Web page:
Voltaire, name adopted by François Marie Arouet (1694-1778), was a French Enlightment writer, who criticized the French system of government and the society of the early 18th century. His novel Candide, or Optimism casts doubt on the optimist philosophy which espouses that everything is for the best, and we live in the best of all possible worlds. The protagonist, a boy from Westphalia who lives in a Baron’s castle and is taught by the philosopher Dr. Pangloss, is kicked out of the castle because he kisses Cunégonde, the Baron’s daughter. Afterwards, Candide begins a journey filled with tragedy and a series of misadventures. Across this journey, which takes Candide from Westphalia to Holland, Portugal, South America and Turkey, he met many characters; some of them reappear in different places, like Cunégonde, her brother and Dr. Pangloss. These characters are very important throughout the novel, because they enable to express Voltaire’s ideas on the French society, politics and culture of his time.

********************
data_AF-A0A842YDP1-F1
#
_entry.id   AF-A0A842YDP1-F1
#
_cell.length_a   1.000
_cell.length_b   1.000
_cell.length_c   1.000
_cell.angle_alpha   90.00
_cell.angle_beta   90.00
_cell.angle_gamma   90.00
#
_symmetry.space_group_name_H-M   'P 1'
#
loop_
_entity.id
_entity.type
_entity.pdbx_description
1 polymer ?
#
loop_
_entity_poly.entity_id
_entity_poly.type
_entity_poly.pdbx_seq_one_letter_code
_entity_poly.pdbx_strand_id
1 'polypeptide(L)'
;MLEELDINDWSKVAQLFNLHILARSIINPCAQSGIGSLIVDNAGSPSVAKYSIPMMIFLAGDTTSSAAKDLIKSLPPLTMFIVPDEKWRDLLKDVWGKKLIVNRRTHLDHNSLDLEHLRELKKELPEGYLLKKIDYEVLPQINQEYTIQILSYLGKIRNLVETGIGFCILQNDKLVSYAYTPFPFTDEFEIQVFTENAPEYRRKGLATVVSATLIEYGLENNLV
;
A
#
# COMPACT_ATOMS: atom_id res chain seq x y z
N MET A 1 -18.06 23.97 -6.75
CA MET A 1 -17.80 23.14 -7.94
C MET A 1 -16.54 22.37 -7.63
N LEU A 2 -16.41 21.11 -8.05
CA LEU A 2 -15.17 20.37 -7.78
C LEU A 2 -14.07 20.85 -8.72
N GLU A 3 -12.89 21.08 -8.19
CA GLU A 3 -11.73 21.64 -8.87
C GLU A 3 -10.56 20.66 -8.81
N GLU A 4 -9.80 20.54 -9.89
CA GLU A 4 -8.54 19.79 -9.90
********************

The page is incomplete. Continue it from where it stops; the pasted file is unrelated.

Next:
Dr. Pangloss is the character who expresses the philosophy challenged in the novel, that is, the optimism espoused by Gottfried Leibniz and Alexander Pope. Pangloss’s optimism, with his support of Leibniz’s thought, is continuously contradicted with everything which Candide experiences out of the castle, for example, his forced recruitment in the war and the earthquake in Lisbon. Pangloss remains true to his believe and maintains it until the end, despite his own sufferings, like the syphilis, and the sufferings of the others. He creates a contrast to the situations and the feelings of the others surrounding him.
On the other hand, the Manichean Martin represents the opposite position, the pessimist who thinks that everything is evil. This character appears after Candide was in El Dorado and returns loaded of treasures, and he creates also a contrast, because it was one of the less negative moments of the